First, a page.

It didn’t take too long to get into the bowl and we started up. One foot in front of the other. The scree was more stable than it looked from afar which made progress much better than expected. Within an hour of starting into the bowl we were already cresting the high pass – at 2800 meters it was higher than many of the peaks we’ve done this year! The view over the Upper Martin Creek valley was stunning and we were very excited to get into it. The terrain ahead looked deceptively simple at this point and we thought we had maybe an hour to traverse the 4+ km to our planned bivy site on the eastern edge of the valley. Little did we know what we were actually in for…
The next 2 hours were much different than we expected at first. The landscape we found ourselves in was gorgeous, wild and untouched. It was mostly devoid of “green things” or life but had glaciers, brilliantly colored lakes and tarns, countless streams, snow fields and soaring named and unnamed peaks rising over 3200 meters in almost every direction. But it was also much more complex than the topo and satellite maps that we’d used for planning implied. Our planned approach up the right-hand side (south) was the exact opposite of what we should have planned! As the light faded quickly around us we kept running into steep cliffs and waterfalls that prevented forward progress. There were also steep snow banks that proved slightly problematic for our light approach shoes. We could have donned crampons but we were feeling a bit rushed at this point and kept thinking the next obstacle would be the last one! Thankfully we found a much better route on return. We’ve had this lesson before, but it was reinforced on this trip. Terrain that looks straightforward on Satellite maps is never as easy in person.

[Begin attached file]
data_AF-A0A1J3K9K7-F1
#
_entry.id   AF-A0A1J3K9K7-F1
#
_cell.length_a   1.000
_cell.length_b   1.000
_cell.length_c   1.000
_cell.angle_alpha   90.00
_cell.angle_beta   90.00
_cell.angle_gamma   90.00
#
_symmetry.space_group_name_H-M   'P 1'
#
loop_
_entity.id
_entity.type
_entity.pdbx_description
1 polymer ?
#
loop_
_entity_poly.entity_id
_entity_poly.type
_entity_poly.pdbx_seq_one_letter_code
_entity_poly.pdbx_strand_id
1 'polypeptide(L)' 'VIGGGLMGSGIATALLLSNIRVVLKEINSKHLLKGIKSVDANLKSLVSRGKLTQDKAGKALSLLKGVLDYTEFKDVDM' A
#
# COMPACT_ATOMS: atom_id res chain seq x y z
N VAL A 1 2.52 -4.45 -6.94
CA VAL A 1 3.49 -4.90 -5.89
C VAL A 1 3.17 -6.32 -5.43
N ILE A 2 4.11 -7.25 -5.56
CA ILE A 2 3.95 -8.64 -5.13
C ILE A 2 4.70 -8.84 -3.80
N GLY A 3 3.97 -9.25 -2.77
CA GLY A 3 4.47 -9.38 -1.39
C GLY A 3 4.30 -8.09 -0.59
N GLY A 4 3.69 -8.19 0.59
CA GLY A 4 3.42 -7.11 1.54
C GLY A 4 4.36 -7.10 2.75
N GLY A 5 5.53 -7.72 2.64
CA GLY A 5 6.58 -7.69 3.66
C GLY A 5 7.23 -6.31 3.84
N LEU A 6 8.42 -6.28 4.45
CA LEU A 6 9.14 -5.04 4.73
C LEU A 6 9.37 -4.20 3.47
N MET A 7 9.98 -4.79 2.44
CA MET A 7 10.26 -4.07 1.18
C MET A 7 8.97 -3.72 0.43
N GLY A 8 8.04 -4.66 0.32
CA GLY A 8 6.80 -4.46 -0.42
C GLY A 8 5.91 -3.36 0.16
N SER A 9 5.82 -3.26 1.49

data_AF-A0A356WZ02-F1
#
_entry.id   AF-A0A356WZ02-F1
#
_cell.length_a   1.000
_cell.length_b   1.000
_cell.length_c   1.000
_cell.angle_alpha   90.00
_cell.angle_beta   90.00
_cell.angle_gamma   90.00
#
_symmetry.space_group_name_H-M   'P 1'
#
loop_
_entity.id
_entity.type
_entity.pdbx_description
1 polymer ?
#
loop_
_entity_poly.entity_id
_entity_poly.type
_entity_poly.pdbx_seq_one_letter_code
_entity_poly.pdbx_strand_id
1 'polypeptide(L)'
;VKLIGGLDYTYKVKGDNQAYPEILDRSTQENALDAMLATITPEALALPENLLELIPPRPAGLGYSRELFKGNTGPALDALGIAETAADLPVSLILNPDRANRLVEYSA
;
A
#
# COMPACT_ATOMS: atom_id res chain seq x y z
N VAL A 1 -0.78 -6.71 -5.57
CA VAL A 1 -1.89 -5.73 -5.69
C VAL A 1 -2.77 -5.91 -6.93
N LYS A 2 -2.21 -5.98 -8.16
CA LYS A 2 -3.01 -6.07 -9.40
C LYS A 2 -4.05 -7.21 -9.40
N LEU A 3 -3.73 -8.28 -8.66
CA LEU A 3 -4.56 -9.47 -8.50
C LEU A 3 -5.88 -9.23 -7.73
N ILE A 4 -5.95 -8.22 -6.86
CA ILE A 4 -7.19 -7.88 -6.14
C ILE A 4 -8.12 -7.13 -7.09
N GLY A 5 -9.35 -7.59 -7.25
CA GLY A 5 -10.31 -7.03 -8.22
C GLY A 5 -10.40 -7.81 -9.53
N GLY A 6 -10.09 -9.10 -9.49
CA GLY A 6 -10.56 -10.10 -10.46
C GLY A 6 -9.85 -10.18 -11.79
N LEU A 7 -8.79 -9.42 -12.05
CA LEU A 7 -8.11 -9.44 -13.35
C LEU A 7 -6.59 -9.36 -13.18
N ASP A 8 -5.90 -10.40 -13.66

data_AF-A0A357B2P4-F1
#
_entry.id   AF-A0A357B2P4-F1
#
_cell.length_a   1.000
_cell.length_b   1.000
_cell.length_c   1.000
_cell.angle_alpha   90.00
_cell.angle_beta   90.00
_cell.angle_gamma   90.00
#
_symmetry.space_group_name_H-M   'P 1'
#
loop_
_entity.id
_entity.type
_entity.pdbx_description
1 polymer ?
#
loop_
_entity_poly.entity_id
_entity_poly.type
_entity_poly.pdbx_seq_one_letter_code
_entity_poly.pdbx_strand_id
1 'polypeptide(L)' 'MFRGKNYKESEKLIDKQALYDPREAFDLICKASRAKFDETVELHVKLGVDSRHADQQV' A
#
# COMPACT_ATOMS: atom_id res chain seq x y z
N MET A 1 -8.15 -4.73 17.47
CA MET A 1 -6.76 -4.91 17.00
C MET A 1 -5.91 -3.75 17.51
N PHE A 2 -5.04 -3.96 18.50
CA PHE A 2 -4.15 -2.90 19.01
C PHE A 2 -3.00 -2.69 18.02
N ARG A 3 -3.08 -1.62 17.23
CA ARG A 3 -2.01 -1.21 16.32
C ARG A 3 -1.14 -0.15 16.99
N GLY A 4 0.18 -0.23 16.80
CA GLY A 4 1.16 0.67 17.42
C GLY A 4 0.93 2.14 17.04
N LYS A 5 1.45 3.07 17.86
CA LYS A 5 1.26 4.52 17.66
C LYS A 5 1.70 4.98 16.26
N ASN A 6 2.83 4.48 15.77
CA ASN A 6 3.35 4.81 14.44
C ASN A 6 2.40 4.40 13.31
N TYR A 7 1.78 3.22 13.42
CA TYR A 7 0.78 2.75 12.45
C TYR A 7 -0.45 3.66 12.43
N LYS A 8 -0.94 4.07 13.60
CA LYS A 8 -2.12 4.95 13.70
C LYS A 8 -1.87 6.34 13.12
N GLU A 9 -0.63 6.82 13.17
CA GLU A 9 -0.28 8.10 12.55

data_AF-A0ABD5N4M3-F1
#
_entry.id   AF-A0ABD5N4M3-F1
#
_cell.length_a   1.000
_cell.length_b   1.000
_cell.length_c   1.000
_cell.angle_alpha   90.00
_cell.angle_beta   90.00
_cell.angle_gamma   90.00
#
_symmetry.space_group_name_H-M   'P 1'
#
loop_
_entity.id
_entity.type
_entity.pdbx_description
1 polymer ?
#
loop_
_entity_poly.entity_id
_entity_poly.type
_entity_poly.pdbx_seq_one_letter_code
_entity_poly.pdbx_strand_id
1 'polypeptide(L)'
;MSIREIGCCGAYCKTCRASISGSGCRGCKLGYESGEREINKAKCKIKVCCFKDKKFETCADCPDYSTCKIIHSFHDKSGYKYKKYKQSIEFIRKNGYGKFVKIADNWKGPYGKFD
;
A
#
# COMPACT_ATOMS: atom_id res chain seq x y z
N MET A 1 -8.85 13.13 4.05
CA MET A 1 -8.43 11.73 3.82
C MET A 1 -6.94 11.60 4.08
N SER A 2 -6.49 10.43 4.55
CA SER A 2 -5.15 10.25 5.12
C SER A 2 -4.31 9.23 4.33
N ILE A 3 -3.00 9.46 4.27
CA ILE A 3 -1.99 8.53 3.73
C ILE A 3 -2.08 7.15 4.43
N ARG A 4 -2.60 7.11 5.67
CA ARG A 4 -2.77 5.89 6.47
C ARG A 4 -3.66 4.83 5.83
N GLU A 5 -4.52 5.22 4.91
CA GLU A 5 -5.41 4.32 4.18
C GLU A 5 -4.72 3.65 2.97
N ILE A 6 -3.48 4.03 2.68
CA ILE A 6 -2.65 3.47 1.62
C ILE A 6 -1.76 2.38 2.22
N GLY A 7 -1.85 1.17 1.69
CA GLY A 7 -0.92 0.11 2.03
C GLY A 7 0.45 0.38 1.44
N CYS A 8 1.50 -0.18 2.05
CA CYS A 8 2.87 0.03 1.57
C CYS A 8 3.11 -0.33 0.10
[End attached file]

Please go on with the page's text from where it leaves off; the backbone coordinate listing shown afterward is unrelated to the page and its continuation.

Finally we scrambled down one final waterfall and found ourselves in the valley flats running out to the eastern edge of the valley. The light was magical in the setting sun and Mount Harris glowed a brilliant red-orange as we hurried to find a bivy before dark. We found the perfect spot near the waterfall, located between Augusta and Harris on a soft, level patch of green. We couldn’t believe it had taken us 2 hours from the col to travel the ~4km to the bivy but this only shows what tired minds and complex landscapes can do.
It had been a long first day! As we settled in for a long overdo supper we realized just how much work we’d done. We’d traveled almost 32km and 2400m over 13.5 hot hours – much of it off trail through untraveled landscapes and with heavy overnight packs. Despite being exhausted, we were happy to finally be within reach of the elusive Mount Harris which looked bone dry and very easy from our vantage. Tomorrow would be a big day again and I was apprehensive about Mount Augusta – a peak that I’ve been after since first seeing it’s magnificent north face from Recondite in 2013.
Day 2 – Monday, July 27 2020 – Mount Harris – Mount Augusta – Waterfall
Our only full day in the Upper Martin Creek valley was everything we expected and much more. The ascent of Mount Harris via easy west slopes could not have gone more smoothly and the views we got from the lofty 3320m summit were stunning and as clear as the views from Kentigern the afternoon before. Mount Augusta proved the worthy objective that I figured it would. With objective hazards, loose terrain and a toppling summit block it wasn’t nearly as straightforward as Mount Harris, despite being a pretty nontechnical ascent.
After returning to camp from a successful (and rare!) ascent of Mount Augusta we ate supper and prepared for the final excitement of the trip. Although our camp was only 500 meters from the infamous Upper Martin Creek waterfall, we hadn’t seen it yet and it was time to rectify that situation. Neither of us were sure what to expect. The original plan was to hiking down below the falls on exit day before leaving the valley. This would require hundreds of meters of height loss and was not guaranteed to work, so we were hoping to scope out some of the route the evening before from the top of the falls. As we hiked to the top of the waterfall the thundering cascade got louder and louder until it was suddenly there. What a moment! Paul isn’t wrong when he gushes about this falls as one of Banff’s most hidden and beautiful landscapes.